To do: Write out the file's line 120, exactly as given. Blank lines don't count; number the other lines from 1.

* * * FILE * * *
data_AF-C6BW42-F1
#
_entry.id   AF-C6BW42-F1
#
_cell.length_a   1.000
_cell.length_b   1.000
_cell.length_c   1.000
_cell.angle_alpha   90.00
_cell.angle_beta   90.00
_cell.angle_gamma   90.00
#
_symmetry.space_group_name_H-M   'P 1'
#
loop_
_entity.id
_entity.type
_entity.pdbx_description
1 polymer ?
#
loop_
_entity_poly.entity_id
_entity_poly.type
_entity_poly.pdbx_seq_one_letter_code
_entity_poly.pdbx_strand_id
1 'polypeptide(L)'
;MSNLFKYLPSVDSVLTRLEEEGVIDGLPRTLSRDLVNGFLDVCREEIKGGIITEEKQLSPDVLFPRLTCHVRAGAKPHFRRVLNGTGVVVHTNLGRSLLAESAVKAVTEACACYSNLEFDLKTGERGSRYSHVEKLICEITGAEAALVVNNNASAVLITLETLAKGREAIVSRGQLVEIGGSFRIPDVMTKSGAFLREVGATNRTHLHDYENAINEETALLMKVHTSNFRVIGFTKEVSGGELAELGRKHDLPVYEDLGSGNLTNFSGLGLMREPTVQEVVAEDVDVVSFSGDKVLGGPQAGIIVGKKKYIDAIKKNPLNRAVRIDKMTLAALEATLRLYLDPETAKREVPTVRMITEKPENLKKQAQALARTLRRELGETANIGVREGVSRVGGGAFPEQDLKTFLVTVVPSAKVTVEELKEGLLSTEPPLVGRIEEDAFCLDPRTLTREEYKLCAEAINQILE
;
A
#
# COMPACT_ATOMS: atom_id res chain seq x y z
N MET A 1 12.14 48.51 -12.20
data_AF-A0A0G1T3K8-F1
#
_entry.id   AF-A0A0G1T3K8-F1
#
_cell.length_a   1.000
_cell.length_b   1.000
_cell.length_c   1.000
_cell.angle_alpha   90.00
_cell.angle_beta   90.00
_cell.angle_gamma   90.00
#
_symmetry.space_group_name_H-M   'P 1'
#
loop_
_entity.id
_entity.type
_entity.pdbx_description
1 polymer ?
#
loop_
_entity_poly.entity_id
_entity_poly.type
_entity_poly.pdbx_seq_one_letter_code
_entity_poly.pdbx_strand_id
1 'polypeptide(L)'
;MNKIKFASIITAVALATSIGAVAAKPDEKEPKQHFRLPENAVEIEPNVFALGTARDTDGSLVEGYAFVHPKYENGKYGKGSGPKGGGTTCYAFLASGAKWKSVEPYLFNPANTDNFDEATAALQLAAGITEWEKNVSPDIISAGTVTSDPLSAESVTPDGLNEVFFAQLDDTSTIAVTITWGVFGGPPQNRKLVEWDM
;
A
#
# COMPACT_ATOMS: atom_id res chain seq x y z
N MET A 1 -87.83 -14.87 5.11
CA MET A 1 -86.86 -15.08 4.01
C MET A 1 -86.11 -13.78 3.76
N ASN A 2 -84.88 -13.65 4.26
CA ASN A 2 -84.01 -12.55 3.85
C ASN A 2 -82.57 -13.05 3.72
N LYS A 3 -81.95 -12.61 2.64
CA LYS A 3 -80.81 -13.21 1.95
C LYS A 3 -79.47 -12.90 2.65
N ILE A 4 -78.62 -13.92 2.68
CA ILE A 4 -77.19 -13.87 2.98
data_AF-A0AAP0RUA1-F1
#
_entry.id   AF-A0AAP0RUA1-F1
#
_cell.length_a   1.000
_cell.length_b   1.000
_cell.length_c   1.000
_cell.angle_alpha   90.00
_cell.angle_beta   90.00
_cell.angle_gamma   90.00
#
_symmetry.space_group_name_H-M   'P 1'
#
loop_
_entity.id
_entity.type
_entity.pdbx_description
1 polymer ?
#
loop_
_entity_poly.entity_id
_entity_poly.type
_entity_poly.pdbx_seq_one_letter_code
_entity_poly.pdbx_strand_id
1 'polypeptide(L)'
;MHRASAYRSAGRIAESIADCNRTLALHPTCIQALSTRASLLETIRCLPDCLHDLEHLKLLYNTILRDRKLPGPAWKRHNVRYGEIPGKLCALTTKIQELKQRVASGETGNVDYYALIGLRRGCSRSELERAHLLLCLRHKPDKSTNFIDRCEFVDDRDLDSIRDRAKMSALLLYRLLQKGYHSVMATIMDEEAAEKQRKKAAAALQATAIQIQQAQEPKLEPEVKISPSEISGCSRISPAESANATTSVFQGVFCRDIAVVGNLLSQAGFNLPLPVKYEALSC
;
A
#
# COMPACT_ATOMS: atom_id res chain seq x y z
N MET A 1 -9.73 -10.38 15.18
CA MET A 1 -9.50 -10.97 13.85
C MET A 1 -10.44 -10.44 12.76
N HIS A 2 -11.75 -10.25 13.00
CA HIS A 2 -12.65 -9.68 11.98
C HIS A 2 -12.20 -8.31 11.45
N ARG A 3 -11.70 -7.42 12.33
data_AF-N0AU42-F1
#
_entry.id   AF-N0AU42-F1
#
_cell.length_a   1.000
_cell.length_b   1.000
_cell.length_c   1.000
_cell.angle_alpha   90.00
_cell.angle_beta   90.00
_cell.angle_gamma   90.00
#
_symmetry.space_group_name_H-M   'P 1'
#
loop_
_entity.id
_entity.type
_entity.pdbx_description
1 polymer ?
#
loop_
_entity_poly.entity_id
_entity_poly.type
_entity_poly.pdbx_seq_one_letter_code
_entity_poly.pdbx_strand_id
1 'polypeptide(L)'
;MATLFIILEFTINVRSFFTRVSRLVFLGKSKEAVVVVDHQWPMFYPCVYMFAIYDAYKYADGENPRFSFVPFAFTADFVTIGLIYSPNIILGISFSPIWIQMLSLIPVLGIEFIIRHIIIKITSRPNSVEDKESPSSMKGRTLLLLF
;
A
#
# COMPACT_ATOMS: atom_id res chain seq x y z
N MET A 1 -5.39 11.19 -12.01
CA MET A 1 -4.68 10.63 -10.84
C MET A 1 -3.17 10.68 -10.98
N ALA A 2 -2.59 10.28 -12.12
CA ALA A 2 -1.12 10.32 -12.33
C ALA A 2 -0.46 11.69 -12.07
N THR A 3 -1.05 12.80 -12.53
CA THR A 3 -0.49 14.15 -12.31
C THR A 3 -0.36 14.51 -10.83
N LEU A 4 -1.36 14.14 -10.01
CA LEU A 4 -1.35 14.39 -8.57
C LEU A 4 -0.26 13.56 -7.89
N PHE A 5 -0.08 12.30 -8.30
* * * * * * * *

#